Sunday, 16 July 2017

The Arctic sea ice melt- update - 07/15/2017

Arctic sea ice - 07/15/2017

If I had to qualify the situation in the Arctic I would have to divide opinions between those who see the melt as being less than expected because of snow and cooler conditions in the Arctic and those who see a rapid melt, first and foremost because of the thinness of the ice and the spread of extent, giving a greater area for melting to occur.

As far as a Blue Sea event? Looks less likely but bets are on.

We just had 500,000 sq/km loss of sea ice extent in three days! It's very rare to have 200 k+ losses in one day from here on out, but Im thinking we might not only see a half dozen of those, but also a few 300 k's- thrown in! Extent may go up at times.... Even today a storm is pushing ice into these hotspots, but temporary increases only actually serve to spread out the ice and help it melt faster! 

Unbelievable heat just flowing in from Scandinavia and Russia for a few days.... 

Ice does not look healthy and if it was thin, nows the time it will start to show!!!

---Chris Eldridge, via Facebook

This North Greenland ice shelf will probably calve soon, too.

Daily volume: 6,515 km³ (3rd lowest for the date) Δ –229/day
1225/week, –12140/month, +2923/year, –2627/5year (–29%)
Daily extent: 7,795,132 km² (4th lowest for the date) Δ –131k/day
645k/week, –2433k/month, +184k/year, +118k/5year (+1.5%)

2017 volume maximum 22,255 km³ on May 12th (*lowest*)
2017 volume minimum¹ 5,790 km³ on July 8th
2017 extent maximum 13,878,287 km² on March 6th (*lowest*)
2017 extent minimum¹ 7,795,132 km² on July 14th

¹Preliminary max/min

Source: JAXA for July 14th 2017.

Sea ice breakup and marine melt of a retreating tidewater outlet glacier in northeast Greenland (81°N)


Rising temperatures in the Arctic cause accelerated mass loss from the Greenland Ice Sheet and reduced sea ice cover. Tidewater outlet glaciers represent direct connections between glaciers and the ocean where melt rates at the ice-ocean interface are influenced by ocean temperature and circulation.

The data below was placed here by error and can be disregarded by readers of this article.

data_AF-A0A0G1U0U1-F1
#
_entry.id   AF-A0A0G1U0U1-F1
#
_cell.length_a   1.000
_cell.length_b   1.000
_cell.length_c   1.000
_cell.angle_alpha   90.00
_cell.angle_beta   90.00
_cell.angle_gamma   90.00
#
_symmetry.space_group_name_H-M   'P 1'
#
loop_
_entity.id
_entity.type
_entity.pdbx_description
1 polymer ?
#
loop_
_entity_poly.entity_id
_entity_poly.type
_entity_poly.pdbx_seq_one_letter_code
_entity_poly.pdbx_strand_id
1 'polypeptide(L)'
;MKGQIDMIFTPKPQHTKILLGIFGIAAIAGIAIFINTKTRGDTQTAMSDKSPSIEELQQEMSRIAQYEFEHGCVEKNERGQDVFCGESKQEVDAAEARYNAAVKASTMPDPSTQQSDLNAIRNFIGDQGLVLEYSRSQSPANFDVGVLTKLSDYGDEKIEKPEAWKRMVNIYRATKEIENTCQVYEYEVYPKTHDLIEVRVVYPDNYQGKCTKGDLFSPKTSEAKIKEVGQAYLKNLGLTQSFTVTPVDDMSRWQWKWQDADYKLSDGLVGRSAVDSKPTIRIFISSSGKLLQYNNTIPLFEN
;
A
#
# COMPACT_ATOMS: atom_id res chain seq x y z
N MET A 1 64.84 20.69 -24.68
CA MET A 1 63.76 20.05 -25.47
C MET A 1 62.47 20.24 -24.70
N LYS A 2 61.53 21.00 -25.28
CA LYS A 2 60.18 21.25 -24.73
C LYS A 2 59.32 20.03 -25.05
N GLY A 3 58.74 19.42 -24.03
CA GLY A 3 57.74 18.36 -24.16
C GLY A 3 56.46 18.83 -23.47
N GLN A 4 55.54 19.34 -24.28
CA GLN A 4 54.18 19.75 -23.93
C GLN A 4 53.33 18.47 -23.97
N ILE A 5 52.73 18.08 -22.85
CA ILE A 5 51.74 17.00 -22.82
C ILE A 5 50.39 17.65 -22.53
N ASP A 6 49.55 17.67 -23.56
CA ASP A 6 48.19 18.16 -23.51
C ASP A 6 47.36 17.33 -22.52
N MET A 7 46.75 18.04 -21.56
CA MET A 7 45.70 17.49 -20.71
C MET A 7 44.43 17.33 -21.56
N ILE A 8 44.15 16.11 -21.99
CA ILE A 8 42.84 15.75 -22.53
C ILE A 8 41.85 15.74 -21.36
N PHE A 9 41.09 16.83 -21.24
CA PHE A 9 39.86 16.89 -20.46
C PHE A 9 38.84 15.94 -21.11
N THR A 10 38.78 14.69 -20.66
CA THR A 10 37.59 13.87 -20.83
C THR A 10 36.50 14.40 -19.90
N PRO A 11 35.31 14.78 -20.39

However, few measurements exist near outlet glaciers from the northern coast towards the Arctic Ocean that has remained nearly permanently ice covered. 

Here we present hydrographic measurements along the terminus of a major retreating tidewater outlet glacier from Flade Isblink Ice Cap. We show that the region is characterized by a relatively large change of the seasonal freshwater content, corresponding to ~2 m of freshwater, and that solar heating during the short open water period results in surface layer temperatures above 1 °C. 

Observations of temperature and salinity supported that the outlet glacier is a floating ice shelf with near-glacial subsurface temperatures at the freezing point. Melting from the surface layer significantly influenced the ice foot morphology of the glacier terminuиs. 

Hence, melting of the tidewater outlet glacier was found to be critically dependent on the retreat of sea ice adjacent to the terminus and the duration of open water.

Current DMI and NOAA SST anomaly charts. They are different in specifics but the general theme is the same - a lot of warmer water all around, especially on the Pacific side. NOAA's version has been getting particularly angry looking recently.

Still a few more weeks of serious insulation to crank those temps higher, and the remaining ice will be surrounded by a killing field,( as well as storm driver and source of anomalous snowfalls later on)

As a note, at some point the link between NH snow extent and ice pack extent must be severed if a warmer Arctic continues driving anomalously high snowfalls in Siberia and Canada. 

At some point there will be ice- free ocean but still a lot of snow on and



The first attachment is from July 10 to July 14 of 2016. The second attachment the same dates but for 2017. They are both Nullschool Temp at 850 hPa. It looks warmer in 2016.

The first attachment is from July 10 to July 14 of 2016. The second attachment the same dates but for 2017. They are both Nullschool Temp at 850 hPa. It looks warmer in 2016. 

Perhaps it was warmer in 2016. That could be more incoming heat, or the cooling effect of melting ice this year. IMHO theres not a big difference climatically between 2016 and this year. but the preconditioning  of last year prevented a lot of heat loss from the ocean over winter and left us with a slush pack that is an efficient cooler and condenser in the global atmospheric circulation system at the expense of basin wide exposure rather than mostly just the periphery exposed to melting with weather system exclusion resulting as our past experience is limited to .

Heres the Jet stream at 250hpa comparison between 2016 and 2017.

No comments:

Post a Comment